The History of Aerial Filming

Aerial filming has been a staple of cinematography for a very long time, so long that it even predates the invention of the aeroplane. If you have ever wondered where aerial cinematography and photography got their start, read on to learn more about how this filming method has been providing new perspectives across the decades.

Hot Air Balloons: 1860s – 1880s

The oldest surviving aerial photo was taken from a hot air balloon back in 1860 by a man named James Wallace Black, but the first aerial picture ever taken was captured by Gaspard-Fexix Tournachon who took a photo of Paris from 1,600 feet in the air using a tethered balloon. This was done in 1858, but unfortunately, the image has not survived.

There was very little Photography at this time, and filmography was yet to exist. To take, and then develop a photo, complete darkrooms needed to be assembled inside the basket of the hot air balloons to successfully develop the photos after they are taken. Almost 20 years later, the development of the dry-plate process allowed photos to be taken without the necessity of a complete darkroom present, allowing the first free-flight balloon photos to be taken in 1879.

Kites: 1880s – 1900s

Photographic technology began to advance rapidly over the next few years, and it was soon possible to affix cameras to smaller flying objects. In 1882, the first photo taken from a string of kites was accredited to an English meteorologist named Douglas Archibald. Just a few years later, a camera with a timed shutter was able to be sent up with a solo kite by, Arthur Batut.

This technology was heavily utilised during a terrible earthquake and fire that affected San Fransico in 1906, it was able to be captured aerially by George R. Lawrence who attached a camera to a string of 17 kites that was able to lift the camera 2000 feet in the air. He used a curved film plate to capture a wide panoramic image, to photograph as must of the destruction as possible. To this day, these photographs remain some of the largest photos ever taken from the skies.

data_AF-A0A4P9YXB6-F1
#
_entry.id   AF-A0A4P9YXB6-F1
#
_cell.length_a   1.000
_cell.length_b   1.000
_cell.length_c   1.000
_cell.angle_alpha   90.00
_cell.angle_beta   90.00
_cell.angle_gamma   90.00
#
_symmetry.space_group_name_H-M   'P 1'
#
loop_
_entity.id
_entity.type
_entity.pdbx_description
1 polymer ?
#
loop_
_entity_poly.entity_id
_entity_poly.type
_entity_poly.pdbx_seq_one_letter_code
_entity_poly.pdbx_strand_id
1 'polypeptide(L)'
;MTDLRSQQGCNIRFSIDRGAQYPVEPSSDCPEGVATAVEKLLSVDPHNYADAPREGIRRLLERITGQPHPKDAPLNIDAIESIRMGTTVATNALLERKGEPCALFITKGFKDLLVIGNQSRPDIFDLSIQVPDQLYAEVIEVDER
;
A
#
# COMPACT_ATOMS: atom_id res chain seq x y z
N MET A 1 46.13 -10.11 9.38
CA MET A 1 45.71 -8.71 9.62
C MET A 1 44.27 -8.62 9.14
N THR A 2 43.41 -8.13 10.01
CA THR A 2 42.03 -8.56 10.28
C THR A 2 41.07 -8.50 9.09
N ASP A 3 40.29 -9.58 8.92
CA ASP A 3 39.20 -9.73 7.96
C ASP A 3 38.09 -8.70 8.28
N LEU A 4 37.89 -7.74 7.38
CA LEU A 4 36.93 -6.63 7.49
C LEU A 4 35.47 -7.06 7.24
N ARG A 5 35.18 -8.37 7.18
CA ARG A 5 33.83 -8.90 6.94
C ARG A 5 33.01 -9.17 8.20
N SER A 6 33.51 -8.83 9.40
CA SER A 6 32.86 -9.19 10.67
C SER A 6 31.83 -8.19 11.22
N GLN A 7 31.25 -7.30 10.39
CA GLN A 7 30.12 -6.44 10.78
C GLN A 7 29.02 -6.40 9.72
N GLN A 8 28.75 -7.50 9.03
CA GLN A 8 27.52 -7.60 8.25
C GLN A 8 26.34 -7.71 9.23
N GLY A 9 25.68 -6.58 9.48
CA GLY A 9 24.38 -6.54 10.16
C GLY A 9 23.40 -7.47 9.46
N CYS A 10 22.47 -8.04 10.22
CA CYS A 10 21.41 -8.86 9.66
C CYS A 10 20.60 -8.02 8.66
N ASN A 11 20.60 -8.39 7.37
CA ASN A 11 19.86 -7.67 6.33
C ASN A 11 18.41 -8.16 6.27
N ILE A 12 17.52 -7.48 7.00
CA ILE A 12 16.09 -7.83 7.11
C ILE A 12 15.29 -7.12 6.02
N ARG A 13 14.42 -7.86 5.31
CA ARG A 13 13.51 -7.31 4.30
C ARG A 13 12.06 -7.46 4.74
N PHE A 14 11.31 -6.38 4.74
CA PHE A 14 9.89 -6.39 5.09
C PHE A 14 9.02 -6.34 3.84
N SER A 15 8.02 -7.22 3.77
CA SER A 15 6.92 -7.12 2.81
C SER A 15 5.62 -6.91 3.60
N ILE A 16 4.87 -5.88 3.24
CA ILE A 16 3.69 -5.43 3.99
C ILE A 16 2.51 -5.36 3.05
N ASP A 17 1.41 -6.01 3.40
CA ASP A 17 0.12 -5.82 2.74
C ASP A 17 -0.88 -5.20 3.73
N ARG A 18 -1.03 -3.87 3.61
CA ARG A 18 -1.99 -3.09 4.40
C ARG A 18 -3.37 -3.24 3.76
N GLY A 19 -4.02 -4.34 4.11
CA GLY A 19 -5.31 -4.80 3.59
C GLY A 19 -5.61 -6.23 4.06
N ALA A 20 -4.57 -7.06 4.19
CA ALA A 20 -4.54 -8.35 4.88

Pigeons – 1900s

During WWI, it was difficult to take photos using larger flying objects as they would frequently be shot down. So to get a glimpse of what was happening behind enemy lines, armies would use pigeons.

Carrier pigeons were already being used by The Bavarian Pigeon Corps to carry messages, so Dr Julius Neubronner invented lightweight, breast-mounted cameras in 1908 that were able to be carried by the pigeons themselves.

These cameras were designed to take photos at 30-second intervals as the pigeon flew. While they were incredibly useful, it was impossible to control the photographs taken, and even though they were smaller than balloons or kites, the birds were still often shot down.

Aeroplanes: 1900s – present

The first aerial photograph was captured not very long after the first successful powered flight by the Wright brothers. It was taken by cinematographer L.P. Bonvillain in 1908 in an aeroplane flown by Wilbur Wright over Le Mans, France. Battle maps based or aerial photos were used by both sides during WWI, as cameras were now able to be designed specifically for airborne use, and by the end of the war, a camera with its shutter located inside the lens allowed more stable photos and greatly improved image quality even while in the air.

By the 1920s aerial cinematography was starting to become more popular, these shots were generally performed by a stuntman or pilot and at this time were limited to films that predominantly featured aircraft dog fighting or aerial stunt sequences, and that this point, most filming was done using hand-held, hand-cranked cameras, as the modern motorised camera hadn’t been invented yet.

Helicopters: 1940s – present

The use of helicopters in cinematography was popularised in 1945 during the filming of the feature film ‘the bandit of Sherwood forest’ and again in 1955 when the highly popular TV series ‘highway patrol’ was aired and showed the benefits of helicopter cinematography to the public. Helicopters are purposefully versatile and in the modern day, what was once prohibitively expensive, aerial filming is very common and cost-effective. While helicopters can fly as low as necessary if safe, most helicopters offer a maximum altitude capability of 8,000 to 30,000 feet, and due to their ability to hover in the air with little difficulty, they can be much better at capturing footage in a smaller area than aeroplanes.

The history of aerial filming and photography is incredibly rich and full of inventive steps that have led us to where we are today. So when you decide to use helicopter filming services in your next film, remember just how far technology has come.